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NavraInvest performance versus long term trend

Discussion in 'Managed Funds & Index Funds' started by Alan, 26th Oct, 2006.

  1. Alan

    Alan Well-Known Member

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    I was just looking at some longterm trends of the Australian Stock Market(as you do over your morning coffee :rolleyes: ) and over the last fifteen years you'd definitely have to say we were now in an 'above trend period'. (Tropo can probably give exact figures, I just stuck a ruler against a graph on the screen and thought the market should be about 4800 instead of about 5300:D ).

    While this may be justified by a strong economy and reasonable forward PER's etc, since March 2003 the Market has gone up 90-odd percent and if you were of the view that items generally return to the mean.......weellll. :eek:

    This then got me thinking about the relative outperformance/underperformance of the NavraInvest Funds recently.

    Yes the general philosophy is to Sell when going up and Buy when going down, but relative to what? Would you adopt exactly the same degree of trading in a rouring Bull Market as the depths of a Bear Market or indeed in a 'average' Market? Probably not.

    Therefore, again hypothesising, I would think the further you got away from longterm trend lines the less 'dramatic' would be the size of your Buy/Sells and perhaps you would expect lower relative performance in these periods.

    Were the Market to correct by 500 points tomorrow, it may well then be seen as prudent to have not been going for the big trading positions of late?

    I take Gazza's point about the relative lack of Performance Fees of late and I don't view it as some type of isolated criticism. I would be surprised if it wasn't a disappointment to the Company as well.

    Perhaps the above ponderings are a reason for the lack of relative outperformance though and what responses will be required will really be a time game to see what happens to the market in the short to medium term.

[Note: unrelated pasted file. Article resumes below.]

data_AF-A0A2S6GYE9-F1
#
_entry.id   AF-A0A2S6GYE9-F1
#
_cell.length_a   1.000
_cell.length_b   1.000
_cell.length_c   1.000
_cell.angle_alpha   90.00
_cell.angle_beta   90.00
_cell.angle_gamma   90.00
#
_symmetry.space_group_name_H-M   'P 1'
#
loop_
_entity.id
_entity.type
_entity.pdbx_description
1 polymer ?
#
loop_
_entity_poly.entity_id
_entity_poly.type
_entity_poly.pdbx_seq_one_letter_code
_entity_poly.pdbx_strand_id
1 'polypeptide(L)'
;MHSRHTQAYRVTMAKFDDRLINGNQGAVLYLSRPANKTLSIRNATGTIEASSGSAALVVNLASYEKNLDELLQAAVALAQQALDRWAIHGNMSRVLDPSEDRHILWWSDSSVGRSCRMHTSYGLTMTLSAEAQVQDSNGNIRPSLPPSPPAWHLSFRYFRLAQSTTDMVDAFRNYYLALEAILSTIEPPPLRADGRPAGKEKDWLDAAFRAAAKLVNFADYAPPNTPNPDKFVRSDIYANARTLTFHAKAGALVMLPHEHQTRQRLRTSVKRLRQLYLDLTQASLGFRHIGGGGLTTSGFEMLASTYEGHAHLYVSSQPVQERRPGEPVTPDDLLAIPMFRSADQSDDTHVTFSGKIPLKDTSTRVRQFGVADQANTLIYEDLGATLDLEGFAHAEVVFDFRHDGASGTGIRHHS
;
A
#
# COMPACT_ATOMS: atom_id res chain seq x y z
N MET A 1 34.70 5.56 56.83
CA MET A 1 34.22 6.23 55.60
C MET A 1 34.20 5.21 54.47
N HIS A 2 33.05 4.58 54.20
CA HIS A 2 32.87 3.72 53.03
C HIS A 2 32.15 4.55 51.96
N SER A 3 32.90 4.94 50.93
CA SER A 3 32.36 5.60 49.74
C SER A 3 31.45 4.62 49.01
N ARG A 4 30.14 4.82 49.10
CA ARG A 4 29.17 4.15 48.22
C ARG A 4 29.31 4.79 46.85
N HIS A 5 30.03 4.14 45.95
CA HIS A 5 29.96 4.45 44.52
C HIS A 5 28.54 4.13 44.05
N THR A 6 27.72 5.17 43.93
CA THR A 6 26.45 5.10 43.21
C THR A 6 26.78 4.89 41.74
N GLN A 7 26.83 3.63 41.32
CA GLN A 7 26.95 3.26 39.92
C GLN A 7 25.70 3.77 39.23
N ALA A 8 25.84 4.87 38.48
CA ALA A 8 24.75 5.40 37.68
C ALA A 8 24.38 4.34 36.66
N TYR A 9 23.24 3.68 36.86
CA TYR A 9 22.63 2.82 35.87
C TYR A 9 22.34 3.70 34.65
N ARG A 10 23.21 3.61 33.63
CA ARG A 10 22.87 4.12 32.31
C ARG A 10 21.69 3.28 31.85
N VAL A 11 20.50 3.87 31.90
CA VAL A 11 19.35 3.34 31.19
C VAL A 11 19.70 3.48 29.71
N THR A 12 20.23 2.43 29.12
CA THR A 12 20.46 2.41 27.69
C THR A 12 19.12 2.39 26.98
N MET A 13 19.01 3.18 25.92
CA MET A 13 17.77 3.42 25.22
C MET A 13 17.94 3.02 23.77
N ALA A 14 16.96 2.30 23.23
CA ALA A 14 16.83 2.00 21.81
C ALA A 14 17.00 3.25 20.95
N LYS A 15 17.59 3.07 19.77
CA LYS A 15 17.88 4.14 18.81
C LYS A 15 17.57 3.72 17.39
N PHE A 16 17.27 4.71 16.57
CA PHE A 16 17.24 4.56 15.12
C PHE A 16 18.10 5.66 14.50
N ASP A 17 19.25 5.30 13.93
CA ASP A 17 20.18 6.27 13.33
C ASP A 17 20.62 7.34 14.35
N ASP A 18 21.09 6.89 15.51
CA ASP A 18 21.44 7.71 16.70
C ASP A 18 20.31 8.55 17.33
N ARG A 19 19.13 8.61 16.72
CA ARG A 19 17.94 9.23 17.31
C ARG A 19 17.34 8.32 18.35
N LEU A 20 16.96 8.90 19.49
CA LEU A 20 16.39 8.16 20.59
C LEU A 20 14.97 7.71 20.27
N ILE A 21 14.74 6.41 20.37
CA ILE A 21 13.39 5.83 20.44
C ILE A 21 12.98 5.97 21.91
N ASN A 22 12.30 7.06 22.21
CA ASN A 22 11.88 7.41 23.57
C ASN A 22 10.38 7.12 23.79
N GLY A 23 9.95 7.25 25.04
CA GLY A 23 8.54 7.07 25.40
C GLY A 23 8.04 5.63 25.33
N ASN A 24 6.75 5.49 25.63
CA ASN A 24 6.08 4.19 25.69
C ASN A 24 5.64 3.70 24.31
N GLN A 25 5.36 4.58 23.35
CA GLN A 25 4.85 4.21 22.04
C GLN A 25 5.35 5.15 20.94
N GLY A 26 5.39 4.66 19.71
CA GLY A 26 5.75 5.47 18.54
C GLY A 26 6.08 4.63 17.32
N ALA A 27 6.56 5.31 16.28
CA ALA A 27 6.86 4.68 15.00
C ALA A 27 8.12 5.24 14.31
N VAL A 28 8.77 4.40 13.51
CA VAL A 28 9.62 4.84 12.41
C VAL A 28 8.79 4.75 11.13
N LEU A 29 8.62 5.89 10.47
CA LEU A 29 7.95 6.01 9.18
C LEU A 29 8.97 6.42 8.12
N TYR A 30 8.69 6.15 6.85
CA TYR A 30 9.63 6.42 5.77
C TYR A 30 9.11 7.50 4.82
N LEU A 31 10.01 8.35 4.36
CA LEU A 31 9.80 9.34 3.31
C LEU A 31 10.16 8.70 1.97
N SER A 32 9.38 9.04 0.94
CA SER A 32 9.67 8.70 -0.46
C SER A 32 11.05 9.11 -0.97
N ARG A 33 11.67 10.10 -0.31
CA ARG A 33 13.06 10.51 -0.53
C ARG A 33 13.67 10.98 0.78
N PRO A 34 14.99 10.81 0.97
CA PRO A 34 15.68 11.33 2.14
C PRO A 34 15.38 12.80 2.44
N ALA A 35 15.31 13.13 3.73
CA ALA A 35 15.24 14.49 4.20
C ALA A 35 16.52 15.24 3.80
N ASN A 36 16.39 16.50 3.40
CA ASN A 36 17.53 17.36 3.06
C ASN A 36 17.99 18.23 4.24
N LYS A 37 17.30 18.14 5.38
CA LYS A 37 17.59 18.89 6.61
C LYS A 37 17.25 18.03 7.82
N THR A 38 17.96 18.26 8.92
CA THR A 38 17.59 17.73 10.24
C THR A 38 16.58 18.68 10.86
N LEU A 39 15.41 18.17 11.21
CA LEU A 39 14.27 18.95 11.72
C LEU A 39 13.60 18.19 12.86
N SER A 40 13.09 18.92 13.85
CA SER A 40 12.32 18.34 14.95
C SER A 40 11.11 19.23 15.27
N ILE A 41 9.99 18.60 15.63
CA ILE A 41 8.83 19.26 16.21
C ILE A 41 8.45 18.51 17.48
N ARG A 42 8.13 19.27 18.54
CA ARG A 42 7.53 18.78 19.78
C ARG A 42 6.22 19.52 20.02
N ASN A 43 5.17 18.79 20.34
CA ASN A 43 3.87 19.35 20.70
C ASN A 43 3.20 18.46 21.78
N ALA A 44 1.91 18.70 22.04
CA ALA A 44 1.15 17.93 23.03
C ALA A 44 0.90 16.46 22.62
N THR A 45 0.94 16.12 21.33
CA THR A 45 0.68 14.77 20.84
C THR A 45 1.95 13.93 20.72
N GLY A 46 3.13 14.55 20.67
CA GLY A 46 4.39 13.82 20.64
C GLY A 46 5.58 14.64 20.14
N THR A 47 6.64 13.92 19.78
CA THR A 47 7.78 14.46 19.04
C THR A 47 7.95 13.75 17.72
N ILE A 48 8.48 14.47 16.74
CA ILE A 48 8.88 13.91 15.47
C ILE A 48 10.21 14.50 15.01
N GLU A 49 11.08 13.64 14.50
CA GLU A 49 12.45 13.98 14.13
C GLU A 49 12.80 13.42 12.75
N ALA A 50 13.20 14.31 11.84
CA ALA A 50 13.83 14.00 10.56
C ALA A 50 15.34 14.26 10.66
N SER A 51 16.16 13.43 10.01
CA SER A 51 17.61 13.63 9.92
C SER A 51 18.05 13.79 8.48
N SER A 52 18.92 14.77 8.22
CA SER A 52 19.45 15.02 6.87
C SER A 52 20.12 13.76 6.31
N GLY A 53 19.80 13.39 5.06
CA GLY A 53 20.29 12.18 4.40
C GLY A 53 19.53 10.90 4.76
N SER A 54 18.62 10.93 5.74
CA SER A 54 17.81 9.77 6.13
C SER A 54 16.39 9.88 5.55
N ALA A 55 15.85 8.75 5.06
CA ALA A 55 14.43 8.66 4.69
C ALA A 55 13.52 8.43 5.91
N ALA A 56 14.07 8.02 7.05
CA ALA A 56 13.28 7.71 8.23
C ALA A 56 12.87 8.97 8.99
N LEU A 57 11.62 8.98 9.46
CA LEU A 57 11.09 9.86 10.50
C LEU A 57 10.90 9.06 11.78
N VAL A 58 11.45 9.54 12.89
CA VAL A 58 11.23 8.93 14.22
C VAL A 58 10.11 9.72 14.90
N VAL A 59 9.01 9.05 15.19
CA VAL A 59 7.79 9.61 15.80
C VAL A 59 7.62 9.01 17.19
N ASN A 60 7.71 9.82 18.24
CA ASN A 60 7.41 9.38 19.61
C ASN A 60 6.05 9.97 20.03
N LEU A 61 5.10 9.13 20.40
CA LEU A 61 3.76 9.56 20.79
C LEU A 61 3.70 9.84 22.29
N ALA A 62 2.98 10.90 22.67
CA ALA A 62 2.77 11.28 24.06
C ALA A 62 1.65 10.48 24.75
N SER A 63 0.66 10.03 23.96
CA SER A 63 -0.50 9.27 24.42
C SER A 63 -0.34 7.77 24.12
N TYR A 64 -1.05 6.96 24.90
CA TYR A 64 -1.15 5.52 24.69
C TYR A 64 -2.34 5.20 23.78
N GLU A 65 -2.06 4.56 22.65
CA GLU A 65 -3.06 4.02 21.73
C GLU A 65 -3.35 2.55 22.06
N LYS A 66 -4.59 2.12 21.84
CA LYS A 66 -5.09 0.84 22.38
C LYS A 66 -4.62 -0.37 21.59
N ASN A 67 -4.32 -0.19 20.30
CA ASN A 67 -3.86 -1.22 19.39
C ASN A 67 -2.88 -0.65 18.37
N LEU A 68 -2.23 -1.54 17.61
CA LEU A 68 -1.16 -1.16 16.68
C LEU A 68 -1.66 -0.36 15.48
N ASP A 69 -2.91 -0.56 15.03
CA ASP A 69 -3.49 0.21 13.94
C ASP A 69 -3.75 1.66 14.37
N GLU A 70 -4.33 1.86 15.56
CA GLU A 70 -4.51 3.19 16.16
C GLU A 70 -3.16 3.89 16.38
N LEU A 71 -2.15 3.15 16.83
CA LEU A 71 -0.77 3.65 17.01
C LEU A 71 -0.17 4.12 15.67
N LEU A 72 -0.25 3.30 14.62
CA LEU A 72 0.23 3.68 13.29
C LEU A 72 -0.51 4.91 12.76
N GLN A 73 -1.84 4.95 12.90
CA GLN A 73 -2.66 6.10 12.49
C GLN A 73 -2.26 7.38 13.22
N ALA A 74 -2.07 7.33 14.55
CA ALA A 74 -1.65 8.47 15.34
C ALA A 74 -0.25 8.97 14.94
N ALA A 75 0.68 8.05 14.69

Enough waffling.....coffee is finished and I managed to forget for a few minutes I have to go to the dentist today. :eek:
     
  2. Simon Hampel

    Simon Hampel Co-founder Staff Member

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    This was kind of the point I was trying to make in another thread about the early performance of the NavraInvest US fund a while back ... the "sell when going up" and "buy when going down" is a very simplistic description of what I understand the trading system does ... there's a lot more to it than that I'm sure.

    (PS. I thought your post deserved its own thread)
     
  3. Glebe

    Glebe Well-Known Member

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    March 2003 was of course the start of the Iraq War. Up to that point the market had declined significantly, dropping to 2900 or so from memory from a high of (again from memory) near 4000.
     
  4. Nigel Ward

    Nigel Ward Team InvestEd

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    Yeah sadly the fund didn't get started until May 03. Whilst it's useless to speculate, I wonder if the first year's performance could have been better if the fund had been able to start before the start of the happy march upwards of the market :rolleyes:

    N.
     
  5. Tropo

    Tropo Well-Known Member

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    Alan,

    I like your magic ruler ...:D
    If you consider weekly XJO chart (attached) you’ll find that XJO is still trending up between resistance/support lines with a impressive break above resistance line at "A" on the chart.
    At the time when your estimated level was 4800, XJO hit 4758 level and went up (see chart).
    Before this happened I have done my numbers and you can see 3 short lines on the weekly chart representing levels which could be hit at that time, if XJO broke down 3 years support line.
    As you said – general philosophy is to sell when market is overbought and buy when market is oversold.
    Problem is that you never know how long market will move up, down or sideways - even if it is strongly overbought / oversold.
    If you know this in advance you’ll be the richest man on the planet.
    Some traders ignore buy/sell signals generated by the system and go with the flow.

    I agree with Sim saying " it is a very simplistic description of what I understand the trading system does ... there's a lot more to it than that I'm sure". Apart from complexity of the issue my guess is, that NI system contains independent sub-systems for each stock held in portfolio, generating buy/sell signals, calculating position size etc....
    Short&medium term ... as long as XJO stays above 5210 level I see the bullish outlook (IMHO).
    :cool:
     

    Attached Files:

  6. Alan

    Alan Well-Known Member

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    Not a problem Tropo. :D :D

    By the way, the attached is the Australian Chart for the last 15 years for those interested.
     

    Attached Files: